Néstor Pinsón
| Ricardo García Blaya

ibó is for us, above all, a great friend of the collectors’ group. An artist that developed his voice, trained it and that still is pleasing us with his delicate phrasing and his warm timbre. He belongs to a generation of singers that enjoyed the late 40s, but that later had to struggle to keep tango alive from the 60s onwards.

He was born in Victoria, province of Entre Ríos. His inclination for music and singing awoke early.

«As a kid, in my hometown, we knew nothing about either tango, or milonga, or any other beat. Until when, all of a sudden, I was touched by the lyrics of a tango that appeared in a newspaper. It was published on the central page, it was “Giuseppe el zapatero”. I was then only seven years old.»

He soon moved to the city of Rosario (province of Santa Fe) where he went to grade school. One day he began to sing in the kitchen of the school, the woman director heard him and asked him why he had moved, and the boy answered: «Because I wanted to sing». That answer surprised her and as she was a music lover, player of piano and violin, whose biggest pride was the school choir, she decided to audition the boy. So Ribó became the soloist of a choir that reunited 60 children.

Soon later he made his debut on the radio accompanied by guitars, while still a teenager, and he joined a cabaret orchestra where the violinist Nito Farace played and whose leader, Lincoln Garrot, imitated the style of Osvaldo Fresedo.

«I arrived in Buenos Aires in 1943 when I was 16. I lived with an uncle who filled my application for a contest: «Voces nuevas surgidas del deporte» (New voices coming from sports), which I finally won. My uncle helped me a lot, but he was very strict. One day I arrived late because of a woman and he sent me back to my hometown.»

«At that contest there were boys older than I, who later would be recognized artists: Roberto Carlés, Oscar Larroca and Carlos Vidal, among others.»

In spite of the problem with his uncle, Osvaldo went to live to a boarding house, showcasing his singing day after day. So he came to know Nelly Omar and Homero Manzi.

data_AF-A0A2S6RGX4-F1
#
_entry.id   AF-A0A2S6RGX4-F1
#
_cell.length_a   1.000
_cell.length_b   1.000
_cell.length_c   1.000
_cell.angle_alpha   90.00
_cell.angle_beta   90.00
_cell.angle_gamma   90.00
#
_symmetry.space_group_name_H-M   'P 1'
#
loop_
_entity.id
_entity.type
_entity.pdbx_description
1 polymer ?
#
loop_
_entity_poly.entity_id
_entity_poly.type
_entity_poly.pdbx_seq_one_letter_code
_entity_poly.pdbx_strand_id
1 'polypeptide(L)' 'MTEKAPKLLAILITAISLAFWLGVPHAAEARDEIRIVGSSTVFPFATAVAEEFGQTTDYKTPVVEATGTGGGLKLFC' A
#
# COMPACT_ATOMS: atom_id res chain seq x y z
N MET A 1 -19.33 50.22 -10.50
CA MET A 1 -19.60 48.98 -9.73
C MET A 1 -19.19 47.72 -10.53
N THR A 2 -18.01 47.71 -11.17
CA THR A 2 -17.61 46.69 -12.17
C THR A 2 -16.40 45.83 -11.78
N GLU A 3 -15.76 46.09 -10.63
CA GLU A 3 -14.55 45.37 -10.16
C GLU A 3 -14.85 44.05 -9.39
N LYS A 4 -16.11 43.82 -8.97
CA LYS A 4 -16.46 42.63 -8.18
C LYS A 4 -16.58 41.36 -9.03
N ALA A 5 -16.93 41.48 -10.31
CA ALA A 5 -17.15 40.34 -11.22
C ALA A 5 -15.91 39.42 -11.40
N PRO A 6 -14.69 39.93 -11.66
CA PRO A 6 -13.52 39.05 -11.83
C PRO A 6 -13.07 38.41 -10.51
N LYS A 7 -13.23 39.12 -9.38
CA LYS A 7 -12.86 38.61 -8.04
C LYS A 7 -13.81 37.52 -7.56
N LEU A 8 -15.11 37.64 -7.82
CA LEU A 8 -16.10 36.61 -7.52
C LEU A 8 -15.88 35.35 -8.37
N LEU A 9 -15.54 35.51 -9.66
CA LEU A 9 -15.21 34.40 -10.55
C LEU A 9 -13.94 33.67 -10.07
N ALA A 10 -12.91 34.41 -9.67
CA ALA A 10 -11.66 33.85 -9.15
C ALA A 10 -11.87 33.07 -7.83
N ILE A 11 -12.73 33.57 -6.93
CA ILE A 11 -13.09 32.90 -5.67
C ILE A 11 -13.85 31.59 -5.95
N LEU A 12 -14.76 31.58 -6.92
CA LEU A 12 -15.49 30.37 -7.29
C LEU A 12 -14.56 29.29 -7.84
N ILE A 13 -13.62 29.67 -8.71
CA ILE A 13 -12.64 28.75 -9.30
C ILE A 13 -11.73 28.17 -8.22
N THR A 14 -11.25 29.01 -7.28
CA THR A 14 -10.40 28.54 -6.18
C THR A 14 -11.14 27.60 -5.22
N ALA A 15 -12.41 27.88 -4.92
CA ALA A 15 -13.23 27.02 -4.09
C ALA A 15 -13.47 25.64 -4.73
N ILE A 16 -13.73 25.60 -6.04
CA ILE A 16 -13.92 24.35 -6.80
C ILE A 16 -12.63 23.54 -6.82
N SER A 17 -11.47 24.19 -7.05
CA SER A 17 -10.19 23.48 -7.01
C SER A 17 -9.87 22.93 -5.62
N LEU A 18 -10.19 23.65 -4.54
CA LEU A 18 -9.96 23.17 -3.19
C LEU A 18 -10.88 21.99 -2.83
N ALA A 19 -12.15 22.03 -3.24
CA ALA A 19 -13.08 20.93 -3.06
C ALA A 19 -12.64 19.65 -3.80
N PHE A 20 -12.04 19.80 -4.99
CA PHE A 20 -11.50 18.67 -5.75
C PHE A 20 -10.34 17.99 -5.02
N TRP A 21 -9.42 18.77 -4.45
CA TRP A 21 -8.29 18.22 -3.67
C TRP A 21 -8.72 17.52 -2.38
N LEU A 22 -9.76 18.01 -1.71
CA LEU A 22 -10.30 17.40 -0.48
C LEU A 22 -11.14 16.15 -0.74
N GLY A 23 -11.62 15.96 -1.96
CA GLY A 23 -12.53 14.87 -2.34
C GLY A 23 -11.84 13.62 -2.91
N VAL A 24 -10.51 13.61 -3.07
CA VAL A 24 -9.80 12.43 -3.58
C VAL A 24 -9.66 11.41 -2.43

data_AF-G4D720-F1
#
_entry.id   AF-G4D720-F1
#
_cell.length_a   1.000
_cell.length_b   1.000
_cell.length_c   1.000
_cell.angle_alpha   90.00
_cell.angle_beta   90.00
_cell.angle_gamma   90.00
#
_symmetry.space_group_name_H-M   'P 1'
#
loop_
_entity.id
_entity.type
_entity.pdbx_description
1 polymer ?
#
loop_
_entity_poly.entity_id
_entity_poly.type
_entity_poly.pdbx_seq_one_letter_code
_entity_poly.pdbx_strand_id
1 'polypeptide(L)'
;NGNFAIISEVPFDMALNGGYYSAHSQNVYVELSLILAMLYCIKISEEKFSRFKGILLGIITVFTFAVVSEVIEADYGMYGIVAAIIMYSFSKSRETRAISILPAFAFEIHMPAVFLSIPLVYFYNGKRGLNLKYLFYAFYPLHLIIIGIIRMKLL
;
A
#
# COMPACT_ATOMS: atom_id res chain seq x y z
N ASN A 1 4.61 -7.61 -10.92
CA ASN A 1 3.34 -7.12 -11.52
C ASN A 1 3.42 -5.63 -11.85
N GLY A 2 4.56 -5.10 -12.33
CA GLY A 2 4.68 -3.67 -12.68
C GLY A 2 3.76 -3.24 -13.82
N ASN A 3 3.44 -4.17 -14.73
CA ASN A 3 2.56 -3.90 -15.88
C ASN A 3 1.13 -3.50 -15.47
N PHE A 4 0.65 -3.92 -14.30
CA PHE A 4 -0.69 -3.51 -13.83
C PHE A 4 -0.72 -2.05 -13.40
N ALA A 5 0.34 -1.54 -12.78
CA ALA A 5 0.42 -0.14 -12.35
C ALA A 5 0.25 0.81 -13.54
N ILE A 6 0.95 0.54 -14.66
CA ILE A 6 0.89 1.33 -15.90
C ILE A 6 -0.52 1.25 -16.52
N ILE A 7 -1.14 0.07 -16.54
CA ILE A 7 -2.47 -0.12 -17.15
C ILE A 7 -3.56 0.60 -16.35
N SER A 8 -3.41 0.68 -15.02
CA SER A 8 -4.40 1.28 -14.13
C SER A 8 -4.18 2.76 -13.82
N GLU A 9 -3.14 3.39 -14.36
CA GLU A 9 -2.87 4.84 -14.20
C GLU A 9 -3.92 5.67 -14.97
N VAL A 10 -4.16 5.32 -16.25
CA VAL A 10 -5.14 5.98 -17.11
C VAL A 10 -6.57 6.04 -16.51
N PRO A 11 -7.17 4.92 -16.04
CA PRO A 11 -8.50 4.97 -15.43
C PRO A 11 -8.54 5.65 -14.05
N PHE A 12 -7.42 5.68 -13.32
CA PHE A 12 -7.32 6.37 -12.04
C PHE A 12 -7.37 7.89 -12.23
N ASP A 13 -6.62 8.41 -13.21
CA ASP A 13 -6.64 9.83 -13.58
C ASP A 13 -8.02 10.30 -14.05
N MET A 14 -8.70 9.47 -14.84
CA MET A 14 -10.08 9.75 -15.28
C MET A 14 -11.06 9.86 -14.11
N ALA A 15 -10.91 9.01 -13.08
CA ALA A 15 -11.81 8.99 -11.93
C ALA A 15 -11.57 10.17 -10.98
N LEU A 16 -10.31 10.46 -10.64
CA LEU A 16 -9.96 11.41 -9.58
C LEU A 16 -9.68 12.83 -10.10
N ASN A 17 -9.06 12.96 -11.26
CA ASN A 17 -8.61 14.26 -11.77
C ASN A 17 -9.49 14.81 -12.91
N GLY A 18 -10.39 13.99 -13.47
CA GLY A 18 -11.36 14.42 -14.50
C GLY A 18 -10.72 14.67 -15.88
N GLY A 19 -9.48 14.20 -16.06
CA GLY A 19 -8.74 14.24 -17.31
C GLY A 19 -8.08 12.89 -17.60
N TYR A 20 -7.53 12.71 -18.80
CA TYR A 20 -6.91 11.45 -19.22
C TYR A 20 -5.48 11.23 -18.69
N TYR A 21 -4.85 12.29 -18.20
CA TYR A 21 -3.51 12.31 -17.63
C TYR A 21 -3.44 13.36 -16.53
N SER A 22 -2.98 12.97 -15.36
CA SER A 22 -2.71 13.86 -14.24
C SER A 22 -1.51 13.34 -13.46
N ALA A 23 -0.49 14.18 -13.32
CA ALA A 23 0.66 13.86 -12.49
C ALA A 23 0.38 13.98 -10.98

Around 1944 he appeared with the orchestra of Alfredo Gobbi under the pseudonym Julio Lucero at the cabaret Sans Souci.

By that time he also sang at other cabarets with the accompaniment of the Antonio Arcieri’s group. Later he appeared at a local called Hurlingham, in front of the Novel tearoom on Lavalle Street. He was accompanied by the Dalepi sextet, short for the family name of the leader, who was a young bandoneon player with Greek surname, Armando Dalepidote. At that local the famous jazz orchestra Varela Varelita made its debut.

When the singer Enrique Campos split with the Ricardo Tanturi orchestra, the leader began to audition an important number of aspirants. Tanturi was looking for voices with a personality and for that reason, he chose Andrés Osuna. Because of a contest suggested by the sponsor of the radio program where Tanturi played, the listeners suggested the artistic name of the singer recently included. So the pseudonym Osvaldo Ribó sprang up.

His first recording was a duo with Roberto Videla, on August 16, 1946: the waltz “Amores de estudiante”, recording 14 numbers with Tanturi. His big hit was and, still is, the tango “Papel picado”, by Cátulo Castillo and José González Castillo.

In 1954 he joined the Lorenzo Barbero orchestra and recorded two tangos: “Noche de locura” (7/23/1954) and “No quiero verte llorar” (5/20/1955).

In 1960 he teamed up with the bandoneonist Ángel Domínguez and recorded “Aquel nocturno” with the orchestra of Héctor Gondre, Ricardo Tanturi’s bandoneon player.

Later he switched to the Mariano Mores orchestra, with whom he had a bad experience, according to his own words, and he appeared on television.

He went on playing, always as soloist, at a great number of locals, making some recordings up to now. In 1978, accompanied by Roberto Grela and his guitarists he recorded four pieces. Later, a series of recordings of which he was sorry, only available on cassette, eight numbers with the orchestra led by Ricardo Martínez in 1987.

In his last work, recorded in 1999 and released by Héctor Lucci, he recorded twelve tunes with the guitar group accompaniment by Hugo Rivas and the four tracks recorded with Roberto Grela in 1978 are re-issued.

His opinion about Gardel was categorical: «To catch up with him neither the voice of Jorge Casal, nor the taste of Floreal Ruiz, nor Raúl Berón's pleasantness, nor Alberto Castillo's courage would have been enough. There are singers that sing prettily, there are even amateurs who do it nice, but singing well is another story. There are many details. Each word, phrase after phrase, to stress one note after another. When you study, a good teacher of singing tells you that all the notes have to be at the same place, you can't miss even one.» And he adds as final comment: «As for popular art you have to respect the things that come from before, what was taking shape little by little, what is taught from ones to others. In sum, you learn listening to others.»

As a curious information, we can add that Ribó has two children, a boy and a girl, the latter, the actress Olivia Hussey, the Julieta of the film Romeo and Juliet by the Italian director Franco Zefirelli.

Osvaldo Ribó is a man of long and interesting thoughts, of a natural pleasantness and a delicate personality, fond of telling funny stories one after the other. In other words, a simple plain person with an educated clear voice which allowed him to go on working continuously.